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:-. THE LAW OF THE TRESPASS OFFERING.
1. Likewise this is the law of the trespass offering—This chapter is a continuation of the laws that were to regulate the duty of the priests respecting the trespass offerings. The same regulations obtained in this case as in the burnt offerings—part was to be consumed on the altar, while the other part was a perquisite of the priests—some fell exclusively to the officiating minister, and was the fee for his services; others were the common share of all the priestly order, who lived upon them as their provision, and whose meetings at a common table would tend to promote brotherly harmony and friendship.
8. the priest shall have to himself the skin of the burnt offering which he hath offered—All the flesh and the fat of the burnt offerings being consumed, nothing remained to the priest but the skin. It has been thought that this was a patriarchal usage, incorporated with the Mosaic law, and that the right of the sacrificer to the skin of the victim was transmitted from the example of Adam (see on :-).
11-14. this is the law of the sacrifice of peace offerings—Besides the usual accompaniments of other sacrifices, leavened bread was offered with the peace offerings, as a thanksgiving, such bread being common at feasts.
15-17. the flesh of the sacrifice of his peace offerings . . . shall be eaten the same day that it is offered—The flesh of the sacrifices was eaten on the day of the offering or on the day following. But if any part of it remained till the third day, it was, instead of being made use of, to be burned with fire. In the East, butcher-meat is generally eaten the day it is killed, and it is rarely kept a second day, so that as a prohibition was issued against any of the flesh in the peace offerings being used on the third day, it has been thought, not without reason, that this injunction must have been given to prevent a superstitious notion arising that there was some virtue or holiness belonging to it.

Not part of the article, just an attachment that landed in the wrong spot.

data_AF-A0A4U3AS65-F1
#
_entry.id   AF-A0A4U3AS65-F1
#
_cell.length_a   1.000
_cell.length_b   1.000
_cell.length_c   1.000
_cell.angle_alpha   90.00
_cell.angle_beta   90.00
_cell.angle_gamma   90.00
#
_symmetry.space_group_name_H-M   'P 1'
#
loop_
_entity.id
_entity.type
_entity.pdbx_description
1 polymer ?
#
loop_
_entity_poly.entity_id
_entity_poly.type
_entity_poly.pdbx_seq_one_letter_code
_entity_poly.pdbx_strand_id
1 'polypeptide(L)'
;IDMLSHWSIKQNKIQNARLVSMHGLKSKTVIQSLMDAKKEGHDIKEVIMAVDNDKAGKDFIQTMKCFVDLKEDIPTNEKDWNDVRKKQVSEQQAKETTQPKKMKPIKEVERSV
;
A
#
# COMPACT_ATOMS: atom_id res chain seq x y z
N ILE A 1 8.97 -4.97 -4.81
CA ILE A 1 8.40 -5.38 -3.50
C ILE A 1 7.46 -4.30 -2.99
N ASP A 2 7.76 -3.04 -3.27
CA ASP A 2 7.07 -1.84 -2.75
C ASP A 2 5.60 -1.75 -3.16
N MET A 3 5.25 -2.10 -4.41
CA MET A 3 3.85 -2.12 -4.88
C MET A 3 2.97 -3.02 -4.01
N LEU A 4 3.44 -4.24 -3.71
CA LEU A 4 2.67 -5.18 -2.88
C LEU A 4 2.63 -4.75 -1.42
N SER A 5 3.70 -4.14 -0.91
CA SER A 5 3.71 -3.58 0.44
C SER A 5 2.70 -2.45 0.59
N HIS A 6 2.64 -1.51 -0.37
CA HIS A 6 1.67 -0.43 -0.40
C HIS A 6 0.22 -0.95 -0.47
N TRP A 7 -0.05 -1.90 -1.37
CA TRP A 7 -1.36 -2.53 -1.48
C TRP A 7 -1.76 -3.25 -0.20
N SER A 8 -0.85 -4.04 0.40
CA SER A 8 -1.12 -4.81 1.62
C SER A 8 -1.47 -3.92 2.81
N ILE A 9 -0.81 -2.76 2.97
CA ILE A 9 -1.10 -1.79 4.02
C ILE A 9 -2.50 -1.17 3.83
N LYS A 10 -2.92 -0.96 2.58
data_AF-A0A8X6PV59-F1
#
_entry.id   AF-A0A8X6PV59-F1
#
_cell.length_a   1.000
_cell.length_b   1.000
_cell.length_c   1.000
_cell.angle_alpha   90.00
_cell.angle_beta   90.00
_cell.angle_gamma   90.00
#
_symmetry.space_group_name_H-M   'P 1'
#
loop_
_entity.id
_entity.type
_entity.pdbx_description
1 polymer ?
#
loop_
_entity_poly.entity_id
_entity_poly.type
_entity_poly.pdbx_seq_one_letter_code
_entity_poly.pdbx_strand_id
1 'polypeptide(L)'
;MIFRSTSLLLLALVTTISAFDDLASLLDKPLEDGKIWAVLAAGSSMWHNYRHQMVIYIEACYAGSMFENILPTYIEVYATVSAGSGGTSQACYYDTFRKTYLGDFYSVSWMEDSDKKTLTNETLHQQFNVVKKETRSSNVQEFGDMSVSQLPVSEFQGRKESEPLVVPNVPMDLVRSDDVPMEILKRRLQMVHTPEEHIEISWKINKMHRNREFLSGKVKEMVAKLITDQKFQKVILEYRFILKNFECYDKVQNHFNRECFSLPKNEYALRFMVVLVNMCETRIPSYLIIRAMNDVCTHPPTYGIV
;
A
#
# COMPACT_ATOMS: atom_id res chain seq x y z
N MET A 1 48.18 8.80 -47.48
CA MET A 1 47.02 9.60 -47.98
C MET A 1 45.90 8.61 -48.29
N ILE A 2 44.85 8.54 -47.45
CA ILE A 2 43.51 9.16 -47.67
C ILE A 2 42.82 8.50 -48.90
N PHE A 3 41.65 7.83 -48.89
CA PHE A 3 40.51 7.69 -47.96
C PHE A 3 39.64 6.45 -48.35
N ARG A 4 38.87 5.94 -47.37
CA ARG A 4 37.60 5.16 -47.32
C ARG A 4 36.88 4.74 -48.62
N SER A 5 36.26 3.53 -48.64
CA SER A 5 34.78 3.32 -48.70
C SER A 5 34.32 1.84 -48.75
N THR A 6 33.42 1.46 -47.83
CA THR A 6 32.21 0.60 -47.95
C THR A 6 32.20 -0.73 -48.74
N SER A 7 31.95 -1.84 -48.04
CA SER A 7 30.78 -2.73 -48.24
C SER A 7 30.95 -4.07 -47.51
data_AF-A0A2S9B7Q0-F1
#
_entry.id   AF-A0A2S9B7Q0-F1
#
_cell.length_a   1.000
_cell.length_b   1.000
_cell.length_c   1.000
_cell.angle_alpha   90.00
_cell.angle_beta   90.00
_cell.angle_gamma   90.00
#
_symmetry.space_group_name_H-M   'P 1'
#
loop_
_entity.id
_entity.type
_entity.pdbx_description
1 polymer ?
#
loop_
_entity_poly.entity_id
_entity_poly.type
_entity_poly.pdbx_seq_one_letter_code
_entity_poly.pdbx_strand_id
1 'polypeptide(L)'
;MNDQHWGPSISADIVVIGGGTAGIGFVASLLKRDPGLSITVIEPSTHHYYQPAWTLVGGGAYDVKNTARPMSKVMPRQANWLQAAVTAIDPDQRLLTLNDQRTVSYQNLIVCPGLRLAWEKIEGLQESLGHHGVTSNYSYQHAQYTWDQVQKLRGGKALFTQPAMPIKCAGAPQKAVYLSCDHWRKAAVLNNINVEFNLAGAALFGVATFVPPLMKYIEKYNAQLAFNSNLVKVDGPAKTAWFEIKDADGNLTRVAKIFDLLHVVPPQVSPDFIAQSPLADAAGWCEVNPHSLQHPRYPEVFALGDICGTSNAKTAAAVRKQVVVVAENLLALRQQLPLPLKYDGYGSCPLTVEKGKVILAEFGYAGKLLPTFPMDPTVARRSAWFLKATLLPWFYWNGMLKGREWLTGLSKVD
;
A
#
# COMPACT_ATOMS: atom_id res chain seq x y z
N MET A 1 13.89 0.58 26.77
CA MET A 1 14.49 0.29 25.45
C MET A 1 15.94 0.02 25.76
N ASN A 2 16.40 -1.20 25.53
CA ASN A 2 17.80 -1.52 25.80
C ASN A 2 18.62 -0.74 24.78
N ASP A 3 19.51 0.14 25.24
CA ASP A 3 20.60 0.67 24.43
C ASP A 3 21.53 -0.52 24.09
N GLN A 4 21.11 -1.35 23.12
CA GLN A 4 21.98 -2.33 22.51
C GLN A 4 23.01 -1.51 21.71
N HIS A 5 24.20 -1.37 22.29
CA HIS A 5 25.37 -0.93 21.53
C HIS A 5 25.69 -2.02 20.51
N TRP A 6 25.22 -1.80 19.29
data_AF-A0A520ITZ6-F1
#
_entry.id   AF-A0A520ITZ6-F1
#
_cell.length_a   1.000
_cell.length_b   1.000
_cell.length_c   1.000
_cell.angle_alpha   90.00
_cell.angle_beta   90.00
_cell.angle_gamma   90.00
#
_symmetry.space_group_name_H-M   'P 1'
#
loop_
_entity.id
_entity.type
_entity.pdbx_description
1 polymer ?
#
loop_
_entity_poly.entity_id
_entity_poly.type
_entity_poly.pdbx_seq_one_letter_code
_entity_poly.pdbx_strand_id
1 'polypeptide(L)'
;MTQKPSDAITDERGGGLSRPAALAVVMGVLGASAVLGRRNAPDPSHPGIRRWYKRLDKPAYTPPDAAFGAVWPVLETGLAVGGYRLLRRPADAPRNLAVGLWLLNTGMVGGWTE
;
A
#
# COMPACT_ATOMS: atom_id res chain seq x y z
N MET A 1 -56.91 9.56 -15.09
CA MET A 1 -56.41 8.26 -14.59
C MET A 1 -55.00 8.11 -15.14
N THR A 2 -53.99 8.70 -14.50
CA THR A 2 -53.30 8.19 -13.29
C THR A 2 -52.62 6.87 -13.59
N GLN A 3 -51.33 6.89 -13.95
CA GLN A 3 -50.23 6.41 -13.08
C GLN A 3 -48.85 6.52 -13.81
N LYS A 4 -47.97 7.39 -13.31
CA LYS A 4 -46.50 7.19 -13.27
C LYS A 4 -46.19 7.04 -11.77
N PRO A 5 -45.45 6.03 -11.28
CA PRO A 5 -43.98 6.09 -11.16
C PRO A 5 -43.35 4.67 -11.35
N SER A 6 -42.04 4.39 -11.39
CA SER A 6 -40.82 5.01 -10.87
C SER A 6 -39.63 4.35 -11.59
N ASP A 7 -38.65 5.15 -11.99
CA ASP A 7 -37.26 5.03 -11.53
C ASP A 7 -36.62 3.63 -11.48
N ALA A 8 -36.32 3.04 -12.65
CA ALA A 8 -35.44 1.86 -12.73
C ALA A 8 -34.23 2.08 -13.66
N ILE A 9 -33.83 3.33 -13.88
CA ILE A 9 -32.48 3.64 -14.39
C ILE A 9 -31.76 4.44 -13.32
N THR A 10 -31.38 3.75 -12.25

18. if any of the flesh of the sacrifice . . . be eaten at all on the third day, it shall not be accepted, neither . . . imputed—The sacrifice will not be acceptable to God nor profitable to him that offers it.
20. cut off from his people—that is, excluded from the privileges of an Israelite—lie under a sentence of excommunication.
21. abominable unclean thing—Some copies of the Bible read, "any reptile."
22-27. Ye shall eat no manner of fat—(See on Leviticus 3:17).
Leviticus 3:17- :. THE PRIESTS' PORTION.
29-34. He that offereth the sacrifice of his peace offerings unto the Lord—In order to show that the sacrifice was voluntary, the offerer was required to bring it with his own hands to the priest. The breast having been waved to and fro in a solemn manner as devoted to God, was given to the priests; it was assigned to the use of their order generally, but the right shoulder was the perquisite of the officiating priest.
35-38. This is the portion of the anointing of Aaron—These verses contain a general summing up of the laws which regulate the privileges and duties of the priests. The word "anointing" is often used as synonymous with "office" or "dignity." So that the "portion of the anointing of Aaron" probably means the provision made for the maintenance of the high priest and the numerous body of functionaries which composed the sacerdotal order.
in the day when he presented them to minister unto the Lord, &c.—that is, from the day they approached the Lord in the duties of their ministry.
These files are a derivative of an electronic edition prepared from text scanned by Woodside Bible Fellowship.
This expanded edition of the Jameison-Faussett-Brown Commentary is in the public domain and may be freely used and distributed.
Jamieson, Robert, D.D.; Fausset, A. R.; Brown, David. "Commentary on Leviticus 7". "Commentary Critical and Explanatory on the Whole Bible". https://www.studylight.org/
the Week of Proper 24 / Ordinary 29